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    I loved Imperial War Museum, and Victoria & Albert.
    BTW, have been to the British Museum at least 10 times, and still have not seen it all in depth.
    It is THAT good IMO.
    Your itinerary sounds fairly vigorous, I do hope you can appreciate the wonders of London.

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    Random thoughts:

    • From your other thread you are going at the end of this month. Do you have tickets to tour the Palace or do you just mean looking at it from the outside? If you are touring the Palace -- is your ticket for 11:30? If so, you will not be at Covent Garden by 13:00.

    • You can't just hop off the H-o-H-o bus and miraculously see the changing of the Guard, There will be a huge crowd so you need to be there early (I'd skip it myself -- but heck, everyone has to learn for themselves)

    • What time do you land? Unless it is around 0600, I wouldn't plan on being to the Tower of London by 11:00 - and even then it will be a close thing. Clearing immigration, getting to your hotel and checking in or leaving your bags can take 4 hours. Plus you'll be jetlagged.

    • If you DID manage to get to the Tower by 1100, you won't get to Westminster Abbey by 1430 -- especially if you go by boat. By 1100 the Tower will be crowded and just queueing for the Crown Jewels can take an hour. The best strategy is to get to the Tower just before opening time. Most people need a minimum of 3 hours at the Tower when they get there at 0930 when there are no queues.

    • Arriving at the British Library at 0930, you won't be near St Paul's by 10:30. You'd maybe be leaving the Library by 10:30. And if you walk it and eat along the way you won't be to the cathedral until well after noon.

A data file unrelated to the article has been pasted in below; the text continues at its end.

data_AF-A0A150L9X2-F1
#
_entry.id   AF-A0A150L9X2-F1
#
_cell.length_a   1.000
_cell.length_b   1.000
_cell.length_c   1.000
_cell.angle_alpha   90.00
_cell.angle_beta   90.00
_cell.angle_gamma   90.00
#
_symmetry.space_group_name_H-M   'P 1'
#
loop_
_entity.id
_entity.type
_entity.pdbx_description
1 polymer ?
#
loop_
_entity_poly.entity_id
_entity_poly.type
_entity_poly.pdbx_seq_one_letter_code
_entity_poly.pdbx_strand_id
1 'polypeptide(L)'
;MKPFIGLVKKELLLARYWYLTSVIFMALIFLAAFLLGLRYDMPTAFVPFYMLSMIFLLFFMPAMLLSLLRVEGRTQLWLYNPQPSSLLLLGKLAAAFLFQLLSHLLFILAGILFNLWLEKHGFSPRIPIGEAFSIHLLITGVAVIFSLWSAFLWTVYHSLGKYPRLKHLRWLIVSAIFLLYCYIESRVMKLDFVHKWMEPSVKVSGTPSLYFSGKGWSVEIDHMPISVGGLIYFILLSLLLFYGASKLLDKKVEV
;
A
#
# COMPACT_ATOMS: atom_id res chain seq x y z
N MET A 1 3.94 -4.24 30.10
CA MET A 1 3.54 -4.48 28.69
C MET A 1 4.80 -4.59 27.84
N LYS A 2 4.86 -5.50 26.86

Basically you are cramming in too many major sites some days and not accounting for delays/transport/'whimsy'/stuff.


    Some things are better gouped together geographically. British Museum & British Library; Buckingham Palace & Trafalgar Sq; or Westminster & Trafalgar Sq; The Tower & southbank walk starting from the east/Tower bridge/London Bridge end; (Going from the Nat'l Portrait Gallery to Tower/London Bridge to start your walk makes no sense);

    Plus - on that walk you will pass right by the Globe - so that is the obvious time to fir it in.

    Get out a map of London - you are criss crossing the whole of central London several times.

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    Are you starting Day 1 after a transatlantic flight? If so, janisj is correct - no way will you be at the Tower by 11. Here's a little reworking. I took out the bus tour entirely, because you will see the majority of what's on the itinerary just while doing everything else.

    These are really packed days, but personally I'm of the mindset that I can relax at home (within reason). I wouldn't bother picking specific times to do things - just have a general plan. You won't know how much (or how little) time you'll want to spend at each place till you're there.

    Day 1 (Tue), all within easy walking distance of each other once you're in Westminster: